Baio J, Wiggins L, Christensen DL, et al. Prevalence of Autism Spectrum Disorder Among Children Aged 8 Years — Autism and Developmental Disabilities Monitoring Network, 11 Sites, United States, 2014. MMWR Surveill Summ 2018;67(No. SS-6):1–23. DOI: http://dx.doi.org/10.15585/mmwr.ss6706a1
The latest findings from the ADDM Network provide evidence that the prevalence of ASD is higher than previously reported ADDM estimates and continues to vary among certain racial/ethnic groups and communities. The overall ASD prevalence estimate of 16.8 per 1,000 children aged 8 years in 2014 is higher than previous estimates from the ADDM Network. With prevalence of ASD reaching nearly 3% in some communities and representing an increase of 150% since 2000, ASD is an urgent public health concern that could benefit from enhanced strategies to help identify ASD earlier; to determine possible risk factors; and to address the growing behavioral, educational, residential and occupational needs of this population.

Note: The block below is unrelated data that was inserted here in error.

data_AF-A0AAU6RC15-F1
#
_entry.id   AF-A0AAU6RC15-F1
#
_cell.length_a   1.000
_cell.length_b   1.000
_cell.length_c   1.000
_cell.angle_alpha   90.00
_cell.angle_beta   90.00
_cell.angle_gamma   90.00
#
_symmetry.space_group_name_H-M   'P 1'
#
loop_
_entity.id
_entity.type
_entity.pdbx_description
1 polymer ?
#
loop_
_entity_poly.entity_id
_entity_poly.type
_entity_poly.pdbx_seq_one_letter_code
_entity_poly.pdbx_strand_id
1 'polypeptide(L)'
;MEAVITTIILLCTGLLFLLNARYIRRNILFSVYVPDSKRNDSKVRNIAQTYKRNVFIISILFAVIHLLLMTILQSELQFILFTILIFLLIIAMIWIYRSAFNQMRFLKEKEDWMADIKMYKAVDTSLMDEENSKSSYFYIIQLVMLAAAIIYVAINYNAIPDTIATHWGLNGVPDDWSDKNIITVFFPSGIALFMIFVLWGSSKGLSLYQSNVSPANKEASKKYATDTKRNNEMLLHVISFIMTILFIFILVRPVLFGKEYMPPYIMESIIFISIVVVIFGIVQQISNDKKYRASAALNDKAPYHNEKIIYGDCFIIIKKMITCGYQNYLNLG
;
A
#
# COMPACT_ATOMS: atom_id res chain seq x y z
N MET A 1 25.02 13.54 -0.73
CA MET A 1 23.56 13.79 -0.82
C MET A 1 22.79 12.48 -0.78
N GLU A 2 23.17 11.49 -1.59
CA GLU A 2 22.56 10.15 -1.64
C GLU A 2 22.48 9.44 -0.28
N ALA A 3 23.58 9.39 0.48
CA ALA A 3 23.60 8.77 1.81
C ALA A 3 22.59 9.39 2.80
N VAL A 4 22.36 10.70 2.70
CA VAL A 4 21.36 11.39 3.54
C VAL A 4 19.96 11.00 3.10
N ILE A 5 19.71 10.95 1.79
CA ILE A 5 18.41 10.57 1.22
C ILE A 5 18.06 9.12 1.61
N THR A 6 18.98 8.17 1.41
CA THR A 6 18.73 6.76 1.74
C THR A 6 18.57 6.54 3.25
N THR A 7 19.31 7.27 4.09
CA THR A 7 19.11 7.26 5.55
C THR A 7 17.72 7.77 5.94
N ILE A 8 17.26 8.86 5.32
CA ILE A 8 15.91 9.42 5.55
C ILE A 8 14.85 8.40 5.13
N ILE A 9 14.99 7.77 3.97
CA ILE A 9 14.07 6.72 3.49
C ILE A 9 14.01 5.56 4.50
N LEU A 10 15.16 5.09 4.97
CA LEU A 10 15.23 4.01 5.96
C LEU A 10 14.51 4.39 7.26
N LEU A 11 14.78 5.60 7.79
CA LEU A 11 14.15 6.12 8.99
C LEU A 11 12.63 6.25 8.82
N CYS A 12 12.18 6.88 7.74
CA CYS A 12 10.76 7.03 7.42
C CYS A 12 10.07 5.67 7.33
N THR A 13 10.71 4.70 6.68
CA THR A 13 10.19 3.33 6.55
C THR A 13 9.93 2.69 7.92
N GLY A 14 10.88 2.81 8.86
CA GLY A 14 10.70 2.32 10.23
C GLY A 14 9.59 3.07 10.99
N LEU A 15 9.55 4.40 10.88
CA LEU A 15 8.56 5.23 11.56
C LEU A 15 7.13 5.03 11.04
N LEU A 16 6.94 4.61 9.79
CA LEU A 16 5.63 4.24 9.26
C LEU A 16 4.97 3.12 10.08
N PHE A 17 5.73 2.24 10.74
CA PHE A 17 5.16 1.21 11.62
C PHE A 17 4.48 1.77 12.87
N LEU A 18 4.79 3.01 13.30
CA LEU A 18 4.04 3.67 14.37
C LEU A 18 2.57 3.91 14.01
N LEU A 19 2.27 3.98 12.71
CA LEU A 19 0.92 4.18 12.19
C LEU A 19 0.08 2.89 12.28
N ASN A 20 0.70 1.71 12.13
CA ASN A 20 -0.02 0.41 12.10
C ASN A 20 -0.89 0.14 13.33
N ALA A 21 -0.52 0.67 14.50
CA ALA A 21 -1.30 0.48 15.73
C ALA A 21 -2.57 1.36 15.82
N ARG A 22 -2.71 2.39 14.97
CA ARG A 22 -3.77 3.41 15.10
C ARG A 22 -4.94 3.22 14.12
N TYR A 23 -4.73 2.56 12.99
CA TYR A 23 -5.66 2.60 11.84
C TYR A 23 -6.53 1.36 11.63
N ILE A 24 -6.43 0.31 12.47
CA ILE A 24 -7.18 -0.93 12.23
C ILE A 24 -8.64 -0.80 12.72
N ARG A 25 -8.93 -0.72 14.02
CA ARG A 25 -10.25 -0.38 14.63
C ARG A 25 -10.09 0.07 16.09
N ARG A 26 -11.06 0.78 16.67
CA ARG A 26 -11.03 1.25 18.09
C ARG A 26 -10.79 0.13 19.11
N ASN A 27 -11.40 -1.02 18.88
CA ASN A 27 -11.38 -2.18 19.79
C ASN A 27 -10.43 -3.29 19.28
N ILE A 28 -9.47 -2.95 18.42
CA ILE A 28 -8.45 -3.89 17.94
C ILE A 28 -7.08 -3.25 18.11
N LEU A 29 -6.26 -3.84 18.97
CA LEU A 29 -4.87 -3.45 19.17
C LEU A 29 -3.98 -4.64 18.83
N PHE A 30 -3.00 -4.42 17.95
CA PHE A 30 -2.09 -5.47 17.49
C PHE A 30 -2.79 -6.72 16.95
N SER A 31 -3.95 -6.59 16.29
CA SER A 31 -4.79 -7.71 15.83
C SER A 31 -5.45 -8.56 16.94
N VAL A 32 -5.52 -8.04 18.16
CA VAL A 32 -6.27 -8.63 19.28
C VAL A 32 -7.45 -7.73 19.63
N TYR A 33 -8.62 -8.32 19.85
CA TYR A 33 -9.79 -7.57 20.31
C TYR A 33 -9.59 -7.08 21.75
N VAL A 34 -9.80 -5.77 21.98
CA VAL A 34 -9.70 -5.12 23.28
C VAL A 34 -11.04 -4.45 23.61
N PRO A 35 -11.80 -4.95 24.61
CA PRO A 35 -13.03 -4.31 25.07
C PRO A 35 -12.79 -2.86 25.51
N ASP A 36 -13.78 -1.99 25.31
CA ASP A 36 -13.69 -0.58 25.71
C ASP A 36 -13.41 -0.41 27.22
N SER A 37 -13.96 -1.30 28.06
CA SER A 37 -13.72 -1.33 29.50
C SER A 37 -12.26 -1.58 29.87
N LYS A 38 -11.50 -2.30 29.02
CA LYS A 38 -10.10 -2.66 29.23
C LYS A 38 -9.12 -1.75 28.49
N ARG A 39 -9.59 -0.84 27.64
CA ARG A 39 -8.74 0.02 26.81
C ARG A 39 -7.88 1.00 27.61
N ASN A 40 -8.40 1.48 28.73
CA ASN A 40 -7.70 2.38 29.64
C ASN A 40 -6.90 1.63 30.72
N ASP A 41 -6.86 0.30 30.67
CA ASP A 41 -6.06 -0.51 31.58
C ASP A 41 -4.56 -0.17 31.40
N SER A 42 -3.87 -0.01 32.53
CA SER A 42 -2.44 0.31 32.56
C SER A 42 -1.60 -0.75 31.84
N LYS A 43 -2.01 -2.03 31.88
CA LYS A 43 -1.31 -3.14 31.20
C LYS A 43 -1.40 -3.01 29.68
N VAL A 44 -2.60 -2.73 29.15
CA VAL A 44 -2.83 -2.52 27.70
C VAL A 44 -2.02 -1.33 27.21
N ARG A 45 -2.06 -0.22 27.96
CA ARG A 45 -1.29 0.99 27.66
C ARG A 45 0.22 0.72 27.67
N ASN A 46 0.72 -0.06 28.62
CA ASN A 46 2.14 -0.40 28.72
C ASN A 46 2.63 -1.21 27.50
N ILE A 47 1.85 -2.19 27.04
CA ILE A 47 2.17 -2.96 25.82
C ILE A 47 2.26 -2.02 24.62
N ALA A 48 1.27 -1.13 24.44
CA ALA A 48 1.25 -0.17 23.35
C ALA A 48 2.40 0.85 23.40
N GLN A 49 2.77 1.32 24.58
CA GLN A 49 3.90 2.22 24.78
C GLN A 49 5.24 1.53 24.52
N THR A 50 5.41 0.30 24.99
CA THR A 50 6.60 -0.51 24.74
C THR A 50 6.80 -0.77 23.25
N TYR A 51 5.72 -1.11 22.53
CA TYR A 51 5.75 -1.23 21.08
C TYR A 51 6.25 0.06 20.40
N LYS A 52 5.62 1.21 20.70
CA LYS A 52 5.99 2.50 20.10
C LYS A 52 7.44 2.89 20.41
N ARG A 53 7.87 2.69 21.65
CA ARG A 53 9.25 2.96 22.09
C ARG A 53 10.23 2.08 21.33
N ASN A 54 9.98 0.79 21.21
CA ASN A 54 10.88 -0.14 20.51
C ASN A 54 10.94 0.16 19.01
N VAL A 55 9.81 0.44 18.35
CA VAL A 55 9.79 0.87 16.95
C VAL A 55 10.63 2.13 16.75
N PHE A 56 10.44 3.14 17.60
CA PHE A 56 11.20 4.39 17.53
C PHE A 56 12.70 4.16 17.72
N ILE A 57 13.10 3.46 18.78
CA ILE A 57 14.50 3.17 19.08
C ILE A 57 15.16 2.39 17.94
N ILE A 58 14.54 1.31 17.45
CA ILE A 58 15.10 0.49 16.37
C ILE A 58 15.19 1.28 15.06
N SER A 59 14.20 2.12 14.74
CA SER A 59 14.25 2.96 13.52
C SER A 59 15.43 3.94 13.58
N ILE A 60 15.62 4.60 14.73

Implementation of the new DSM-5 case definition had little effect on the overall number of children identified with ASD for the ADDM 2014 surveillance year. This might be a result of including documented ASD diagnoses in the DSM-5 surveillance case definition. Over time, the estimate might be influenced (downward) by a diminishing number of persons who meet the DSM-5 diagnostic criteria for ASD based solely on a previous DSM-IV-TR diagnosis, such as autistic disorder, PDD-NOS or Asperger disorder, and influenced (upward) by professionals aligning their clinical descriptions with the DSM-5 criteria. Although the prevalence of ASD and characteristics of children identified by each case definition were similar in 2014, the diagnostic features defined under DSM-IV-TR and DSM-5 appear to be quite different. The ADDM Network will continue to evaluate these similarities and differences in much greater depth, and will examine at least one more cohort of children aged 8 years to expand this comparison. Over time, the ADDM Network will be well positioned to evaluate the effects of changing ASD diagnostic parameters on prevalence.
Autism Speaks’ article on the report: https://www.autismspeaks.org/science/science-news/cdc-increases-estimate-autism%E2%80%99s-prevalence-15-percent-1-59-children